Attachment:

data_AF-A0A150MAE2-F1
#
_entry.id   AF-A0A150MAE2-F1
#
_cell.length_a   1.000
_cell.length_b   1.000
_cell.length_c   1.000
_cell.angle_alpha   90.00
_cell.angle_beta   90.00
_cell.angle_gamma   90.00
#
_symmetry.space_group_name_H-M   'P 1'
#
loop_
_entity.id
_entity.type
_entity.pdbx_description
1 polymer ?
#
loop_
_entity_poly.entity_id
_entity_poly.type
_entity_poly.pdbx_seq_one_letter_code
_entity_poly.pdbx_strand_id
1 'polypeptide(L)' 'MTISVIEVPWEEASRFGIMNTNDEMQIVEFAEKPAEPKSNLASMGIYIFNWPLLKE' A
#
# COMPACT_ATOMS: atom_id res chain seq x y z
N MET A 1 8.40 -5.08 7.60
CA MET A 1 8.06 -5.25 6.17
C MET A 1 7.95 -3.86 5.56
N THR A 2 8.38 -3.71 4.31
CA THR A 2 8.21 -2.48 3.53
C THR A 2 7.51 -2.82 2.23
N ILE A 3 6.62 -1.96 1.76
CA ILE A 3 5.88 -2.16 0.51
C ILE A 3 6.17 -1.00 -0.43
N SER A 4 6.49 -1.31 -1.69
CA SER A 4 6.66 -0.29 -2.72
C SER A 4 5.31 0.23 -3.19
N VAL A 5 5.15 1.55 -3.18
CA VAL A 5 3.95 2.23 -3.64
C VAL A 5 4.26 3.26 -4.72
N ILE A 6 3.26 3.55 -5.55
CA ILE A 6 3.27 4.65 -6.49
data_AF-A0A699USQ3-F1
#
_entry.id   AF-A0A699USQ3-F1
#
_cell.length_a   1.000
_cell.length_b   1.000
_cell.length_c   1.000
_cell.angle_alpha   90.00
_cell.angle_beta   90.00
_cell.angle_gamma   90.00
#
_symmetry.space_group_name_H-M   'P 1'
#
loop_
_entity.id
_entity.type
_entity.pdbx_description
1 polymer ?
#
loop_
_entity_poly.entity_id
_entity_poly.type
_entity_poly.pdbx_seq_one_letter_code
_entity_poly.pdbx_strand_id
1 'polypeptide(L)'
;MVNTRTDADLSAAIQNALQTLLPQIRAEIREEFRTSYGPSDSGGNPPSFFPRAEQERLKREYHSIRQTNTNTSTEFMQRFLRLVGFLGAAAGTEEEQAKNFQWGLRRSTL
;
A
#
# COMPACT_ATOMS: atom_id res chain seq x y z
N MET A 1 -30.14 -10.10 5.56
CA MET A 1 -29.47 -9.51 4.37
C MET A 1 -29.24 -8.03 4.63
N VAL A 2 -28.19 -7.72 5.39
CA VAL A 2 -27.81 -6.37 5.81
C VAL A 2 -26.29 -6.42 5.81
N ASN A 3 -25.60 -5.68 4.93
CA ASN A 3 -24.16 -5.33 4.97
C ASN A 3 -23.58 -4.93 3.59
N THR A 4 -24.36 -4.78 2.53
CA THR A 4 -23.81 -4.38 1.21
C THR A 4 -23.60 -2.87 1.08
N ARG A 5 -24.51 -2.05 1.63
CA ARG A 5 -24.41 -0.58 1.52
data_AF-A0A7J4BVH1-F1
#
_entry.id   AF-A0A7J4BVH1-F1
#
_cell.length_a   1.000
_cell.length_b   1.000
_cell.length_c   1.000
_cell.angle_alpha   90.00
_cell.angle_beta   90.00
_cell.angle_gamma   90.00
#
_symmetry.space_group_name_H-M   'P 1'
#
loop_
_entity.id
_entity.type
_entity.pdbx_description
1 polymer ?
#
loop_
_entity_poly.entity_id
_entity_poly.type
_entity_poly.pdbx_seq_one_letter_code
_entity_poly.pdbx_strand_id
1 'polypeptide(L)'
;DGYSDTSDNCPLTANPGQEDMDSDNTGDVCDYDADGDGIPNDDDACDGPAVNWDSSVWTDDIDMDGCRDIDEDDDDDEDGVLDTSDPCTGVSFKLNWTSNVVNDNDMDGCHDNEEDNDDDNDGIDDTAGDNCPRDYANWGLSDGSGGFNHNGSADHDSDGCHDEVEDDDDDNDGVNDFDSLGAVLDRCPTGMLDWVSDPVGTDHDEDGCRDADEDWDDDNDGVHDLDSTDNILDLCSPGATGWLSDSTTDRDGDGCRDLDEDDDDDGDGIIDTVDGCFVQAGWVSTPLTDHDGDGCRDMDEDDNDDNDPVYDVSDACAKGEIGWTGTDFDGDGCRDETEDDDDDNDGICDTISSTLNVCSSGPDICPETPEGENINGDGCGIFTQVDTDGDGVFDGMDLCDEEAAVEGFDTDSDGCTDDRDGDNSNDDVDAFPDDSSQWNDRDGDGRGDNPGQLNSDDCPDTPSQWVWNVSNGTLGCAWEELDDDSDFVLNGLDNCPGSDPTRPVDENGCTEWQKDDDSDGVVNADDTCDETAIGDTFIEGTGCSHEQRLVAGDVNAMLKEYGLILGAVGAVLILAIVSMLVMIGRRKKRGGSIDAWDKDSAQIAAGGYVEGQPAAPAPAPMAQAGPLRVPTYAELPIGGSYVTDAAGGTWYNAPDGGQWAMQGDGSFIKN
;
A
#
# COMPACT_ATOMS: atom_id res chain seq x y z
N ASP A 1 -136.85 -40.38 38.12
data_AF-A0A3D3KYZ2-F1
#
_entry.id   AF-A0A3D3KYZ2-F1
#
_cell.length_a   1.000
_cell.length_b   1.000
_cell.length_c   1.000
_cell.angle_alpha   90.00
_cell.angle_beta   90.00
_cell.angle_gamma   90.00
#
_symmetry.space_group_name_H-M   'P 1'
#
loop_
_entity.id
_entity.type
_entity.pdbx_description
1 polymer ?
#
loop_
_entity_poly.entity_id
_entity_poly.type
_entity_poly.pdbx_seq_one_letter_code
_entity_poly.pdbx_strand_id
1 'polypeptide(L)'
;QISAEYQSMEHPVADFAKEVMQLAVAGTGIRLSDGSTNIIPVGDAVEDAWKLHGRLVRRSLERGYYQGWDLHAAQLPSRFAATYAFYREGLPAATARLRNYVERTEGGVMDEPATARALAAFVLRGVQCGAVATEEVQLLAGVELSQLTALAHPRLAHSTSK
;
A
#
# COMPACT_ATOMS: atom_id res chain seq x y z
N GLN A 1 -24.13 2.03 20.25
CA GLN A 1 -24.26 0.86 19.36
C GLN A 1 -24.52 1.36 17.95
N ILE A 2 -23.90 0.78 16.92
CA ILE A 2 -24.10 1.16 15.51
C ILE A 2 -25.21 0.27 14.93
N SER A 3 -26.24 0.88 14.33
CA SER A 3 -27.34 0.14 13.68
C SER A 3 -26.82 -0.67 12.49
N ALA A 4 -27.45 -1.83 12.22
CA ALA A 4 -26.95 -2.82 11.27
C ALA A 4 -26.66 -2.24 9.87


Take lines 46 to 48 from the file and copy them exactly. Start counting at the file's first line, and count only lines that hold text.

#
_entry.id   AF-A0A699USQ3-F1
#